It has been eight years since Yuja Wang appeared at the Hollywood Bowl in a startling little orange dress. The Times’ photo of her went viral. An emerging young Chinese pianist instantly transformed into a glamorous star.
Since then Wang has become one of the world’s most recognizable and fittingly celebrated classical pianists. She has electrifying technique and musical taste. She also has become part of the Los Angeles Philharmonic family, one of Gustavo Dudamel’s favorite soloists.
Thursday night she was back at the Bowl. Everyone these days always waits in anticipation to see what she will wear. This time it was a clinging floor-length yellow gown, eye-catching as ever but hardly news. Were there a Times photo, there would be little reason for it to go viral.
There isn’t one, because Wang has begun demanding approval of all shots. She seems at the moment in an uncertain career makeover, changing management, sounding a little bored with the celebrity circuit in her interviews and wanting full control over that which she can’t control (everyone and his or her brother was snapping away on cellphones at the Bowl). She’s promisingly tried her hand at conducting, though she doesn’t seem to be pursuing it.
If the yellow gown wasn’t news, Wang’s performance of John Adams’ new piano concerto, “Must the Devil Have All the Good Tunes?,” was. What has been the most disappointing aspect of Wang’s career up to now has been her laserlike focus on conventional repertory. She’s a dazzler, the performances invariably exciting while remaining true to the musical substance. Still, she can seem to have been largely about sexing up the past, with little attention to new music or working with the major composers of our time.
Here, though, is a concerto written for her, Dudamel and the L.A. Phil. The starriest of the L.A. Phil’s many centennial commissions, the score had its premiere in the winter at Walt Disney Concert Hall. The orchestra then took it on tour to Korea and Japan. Tuesday at the Bowl was a warm-up for the European premiere at the Edinburgh International Festival in early August. The concerto returns again this fall to Disney Hall in advance of the New York premiere.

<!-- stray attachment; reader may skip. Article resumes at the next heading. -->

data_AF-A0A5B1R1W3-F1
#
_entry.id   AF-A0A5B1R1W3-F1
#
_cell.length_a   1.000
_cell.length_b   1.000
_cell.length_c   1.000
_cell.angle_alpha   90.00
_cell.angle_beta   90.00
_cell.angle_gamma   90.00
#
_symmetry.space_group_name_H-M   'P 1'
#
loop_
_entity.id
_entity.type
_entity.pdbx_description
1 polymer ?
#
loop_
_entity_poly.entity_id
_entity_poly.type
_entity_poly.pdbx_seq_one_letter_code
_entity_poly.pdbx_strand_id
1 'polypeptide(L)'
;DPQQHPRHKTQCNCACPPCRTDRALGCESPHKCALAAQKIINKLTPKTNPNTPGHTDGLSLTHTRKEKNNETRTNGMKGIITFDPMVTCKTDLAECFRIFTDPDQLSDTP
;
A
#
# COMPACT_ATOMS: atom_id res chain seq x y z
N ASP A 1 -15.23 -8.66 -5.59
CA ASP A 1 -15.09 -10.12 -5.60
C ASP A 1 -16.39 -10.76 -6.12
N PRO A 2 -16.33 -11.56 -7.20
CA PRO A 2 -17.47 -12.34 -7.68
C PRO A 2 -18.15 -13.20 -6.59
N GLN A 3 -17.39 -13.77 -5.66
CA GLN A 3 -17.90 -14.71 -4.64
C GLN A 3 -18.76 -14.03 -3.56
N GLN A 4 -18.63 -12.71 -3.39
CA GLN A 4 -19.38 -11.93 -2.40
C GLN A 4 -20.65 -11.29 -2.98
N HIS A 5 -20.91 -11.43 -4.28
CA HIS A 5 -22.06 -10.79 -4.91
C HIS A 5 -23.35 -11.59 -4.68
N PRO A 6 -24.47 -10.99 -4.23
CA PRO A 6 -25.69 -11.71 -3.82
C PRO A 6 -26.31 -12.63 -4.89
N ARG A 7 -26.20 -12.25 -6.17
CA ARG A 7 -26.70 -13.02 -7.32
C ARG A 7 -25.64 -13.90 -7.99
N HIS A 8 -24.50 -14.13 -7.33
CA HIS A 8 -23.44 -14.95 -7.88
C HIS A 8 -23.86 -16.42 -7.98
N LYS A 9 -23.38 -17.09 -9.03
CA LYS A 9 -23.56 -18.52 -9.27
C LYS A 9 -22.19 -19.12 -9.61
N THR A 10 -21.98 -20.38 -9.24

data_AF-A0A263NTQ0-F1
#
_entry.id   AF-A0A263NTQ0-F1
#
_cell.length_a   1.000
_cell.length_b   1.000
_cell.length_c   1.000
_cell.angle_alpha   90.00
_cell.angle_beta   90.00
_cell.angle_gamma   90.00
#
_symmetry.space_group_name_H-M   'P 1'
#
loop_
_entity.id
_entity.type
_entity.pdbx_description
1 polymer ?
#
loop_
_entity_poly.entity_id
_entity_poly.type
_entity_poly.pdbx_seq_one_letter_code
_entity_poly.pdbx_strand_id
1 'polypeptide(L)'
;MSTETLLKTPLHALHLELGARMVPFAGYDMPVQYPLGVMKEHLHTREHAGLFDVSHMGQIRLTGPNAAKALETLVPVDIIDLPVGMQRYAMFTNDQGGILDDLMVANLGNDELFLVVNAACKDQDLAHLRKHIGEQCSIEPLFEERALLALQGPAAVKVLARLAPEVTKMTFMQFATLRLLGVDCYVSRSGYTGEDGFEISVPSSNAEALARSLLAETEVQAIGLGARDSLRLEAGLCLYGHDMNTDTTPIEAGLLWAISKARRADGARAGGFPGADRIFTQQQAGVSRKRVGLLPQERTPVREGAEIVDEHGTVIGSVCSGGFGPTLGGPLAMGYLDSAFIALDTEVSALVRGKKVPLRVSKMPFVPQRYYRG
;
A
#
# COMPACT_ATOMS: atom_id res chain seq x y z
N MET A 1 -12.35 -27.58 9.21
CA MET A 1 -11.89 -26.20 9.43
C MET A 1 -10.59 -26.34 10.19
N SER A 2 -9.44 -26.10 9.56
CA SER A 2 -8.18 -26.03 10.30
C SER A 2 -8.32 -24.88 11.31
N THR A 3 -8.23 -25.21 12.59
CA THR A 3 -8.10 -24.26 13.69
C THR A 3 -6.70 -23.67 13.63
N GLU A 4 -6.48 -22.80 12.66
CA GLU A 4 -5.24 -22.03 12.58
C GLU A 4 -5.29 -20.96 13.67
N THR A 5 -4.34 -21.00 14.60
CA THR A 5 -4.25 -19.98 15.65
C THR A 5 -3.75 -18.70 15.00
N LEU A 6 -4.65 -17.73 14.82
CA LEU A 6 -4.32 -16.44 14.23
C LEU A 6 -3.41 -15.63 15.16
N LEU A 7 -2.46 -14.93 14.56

All of this is to say that the L.A. Phil invested a lot in a work long before it was finished. The early reception was warm but with the meter moving slightly in the lukewarm direction. The “Devil” up to his old tricks. Engaging, but not earthshaking.
In Amsterdam for Adams’ rewrite of his latest opera, “Girls of the Golden West,” I missed the premiere of the concerto, catching up with it only on the KUSC broadcast, and hearing it live for the first time at the Bowl. It’s true, the “Devil” is up to his old tricks. But what a devil! And what tricks!
Old tricks with Adams mean that he has long had a penchant for reinvention. He frequently starts with a historic style or a specific piece. That can be a Beethoven string quartet, Handel’s “Messiah” or, in his first piano concerto, “Eros Piano,” a response to Toru Takemitsu’s “riverrun,” which happened to be commissioned by the L.A. Phil. in 1985.
In “Devil,” the starting point is the funk of rollicking barrelhouse piano, which in an informal series of variations gets cut up, rhythmically and harmonically diffracted. Wang, who has been flirting with jazz and improvisation and can deliver as mean a “Rhapsody in Blue” as anyone out there these days, becomes here a study in rhythmic grit.
The Bowl camera crew does the obvious in focusing on her fingers, which are very hard to take your eyes off. But equally illuminating was watching the tension in her posture and the concentration on her face (which got its own close-ups). She has internalized Adams’ complex rhythmic passages to such a degree that they are part of her every fiber. For that to happen, every note has to matter.
Stillness and glitter have become another Wang trait that Adams uses in a resplendent, slow central section that heats up to a thumping rhythmic finale. This may be the most remarkable part of the concerto. The backbone is a driving orchestral accompaniment in a style that goes back to Adams’ first opera, “Nixon in China.” But overlaying that is Wang barrelhousing like nobody’s business. Old Adams breaks apart just as old honky-tonk had earlier, the old becoming new.
With Dudamel and the L.A. Phil having had time to get comfortable with this “Devil” and Wang showing her potential for moving music forward, the L.A. Phil has a winner.
The program began with Samuel Barber’s ubiquitous “Adagio for Strings.” If the Devil gets all the best tunes, in this context Barber was the devil. He’s been forgiven over the decades for being out of step with his old-fashioned Romanticism in the 1950s and 1960s. But some have never forgiven him for his efforts to hold back American musical progress.
Dudamel ended with an unusually gracious reading of Tchaikovsky’s terse Fourth Symphony, the angst equation all but removed. The performance glided, played with supreme elegance, as though it was written as one 45-minute-long musical sentence.
For the pizzicato strings in the Scherzo, Dudamel put his right hand in pants pocket and conducted by flicking his head and by facial expressions. We tend to overrate Tchaikovsky’s emotional worldview and underrate his reliance on pleasure principles. Dudamel took exceptional pleasure.
Then he took even greater pleasure. Since this will be a tour program, it ended with an encore. Most will surely recognize Sousa’s “Liberty Bell” March as the “Monty Python” theme music. But even the Pythons couldn’t have made that old devil, Sousa, this entertaining.